The distribution of the reciprocal of a t distributed random variable is bimodal when the degrees of freedom are more than one. Similarly the reciprocal of a normally distributed variable is also bimodally distributed.

A t statistic generated from data set drawn from a Cauchy distribution is bimodal.[3]

Occurrences in nature edit

Examples of variables with bimodal distributions include the time between eruptions of certain geysers, the color of galaxies, the size of worker weaver ants, the age of incidence of Hodgkin's lymphoma, the speed of inactivation of the drug isoniazid in US adults, the absolute magnitude of novae, and the circadian activity patterns of those crepuscular animals that are active both in morning and evening twilight. In fishery science multimodal length distributions reflect the different year classes and can thus be used for age distribution- and growth estimates of the fish population.[4] Sediments are usually distributed in a bimodal fashion. When sampling mining galleries crossing either the host rock and the mineralized veins, the distribution of geochemical variables would be bimodal. Bimodal distributions are also seen in traffic analysis, where traffic peaks in during the AM rush hour and then again in the PM rush hour. This phenomenon is also seen in daily water distribution, as water demand, in the form of showers, cooking, and toilet use, generally peak in the morning and evening periods.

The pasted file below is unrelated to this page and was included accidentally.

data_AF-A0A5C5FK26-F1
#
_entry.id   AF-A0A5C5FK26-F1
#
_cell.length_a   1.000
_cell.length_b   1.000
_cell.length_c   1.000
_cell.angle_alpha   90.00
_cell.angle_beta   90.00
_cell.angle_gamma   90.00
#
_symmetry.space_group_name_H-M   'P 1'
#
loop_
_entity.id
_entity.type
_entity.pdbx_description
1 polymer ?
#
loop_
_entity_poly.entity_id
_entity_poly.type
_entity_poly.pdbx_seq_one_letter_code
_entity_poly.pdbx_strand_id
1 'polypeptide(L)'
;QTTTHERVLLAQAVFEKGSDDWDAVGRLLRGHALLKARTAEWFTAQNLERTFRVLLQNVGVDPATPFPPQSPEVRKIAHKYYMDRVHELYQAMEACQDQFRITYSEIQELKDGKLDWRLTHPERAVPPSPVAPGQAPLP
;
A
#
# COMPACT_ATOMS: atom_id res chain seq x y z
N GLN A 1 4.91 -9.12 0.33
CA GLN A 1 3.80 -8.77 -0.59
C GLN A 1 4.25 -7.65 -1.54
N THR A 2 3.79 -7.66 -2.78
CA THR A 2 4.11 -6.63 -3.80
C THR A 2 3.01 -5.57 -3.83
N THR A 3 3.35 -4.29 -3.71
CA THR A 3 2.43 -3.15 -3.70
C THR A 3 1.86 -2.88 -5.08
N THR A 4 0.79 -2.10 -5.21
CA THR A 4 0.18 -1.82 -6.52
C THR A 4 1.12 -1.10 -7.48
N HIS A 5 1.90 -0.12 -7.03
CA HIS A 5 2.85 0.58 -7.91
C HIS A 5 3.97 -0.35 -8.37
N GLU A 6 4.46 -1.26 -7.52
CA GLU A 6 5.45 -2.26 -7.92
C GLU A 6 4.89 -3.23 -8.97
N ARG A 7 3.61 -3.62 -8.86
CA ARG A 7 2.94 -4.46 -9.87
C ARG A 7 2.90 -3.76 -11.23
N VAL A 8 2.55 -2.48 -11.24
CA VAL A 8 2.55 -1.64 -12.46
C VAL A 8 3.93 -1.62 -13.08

Econometrics edit

In econometric models, the parameters may be bimodally distributed.[5]

Origins edit

Mathematical edit

A bimodal distribution commonly arises as a mixture of two different unimodal distributions (i.e. distributions having only one mode). In other words, the bimodally distributed random variable X is defined as   with probability   or   with probability   where Y and Z are unimodal random variables and   is a mixture coefficient.

Mixtures with two distinct components need not be bimodal and two component mixtures of unimodal component densities can have more than two modes. There is no immediate connection between the number of components in a mixture and the number of modes of the resulting density.

Particular distributions edit

Bimodal distributions, despite their frequent occurrence in data sets, have only rarely been studied[citation needed]. This may be because of the difficulties in estimating their parameters either with frequentist or Bayesian methods. Among those that have been studied are

Bimodality also naturally arises in the cusp catastrophe distribution.

Biology edit

In biology five factors are known to contribute to bimodal distributions of population sizes[citation needed]:

  • the initial distribution of individual sizes
  • the distribution of growth rates among the individuals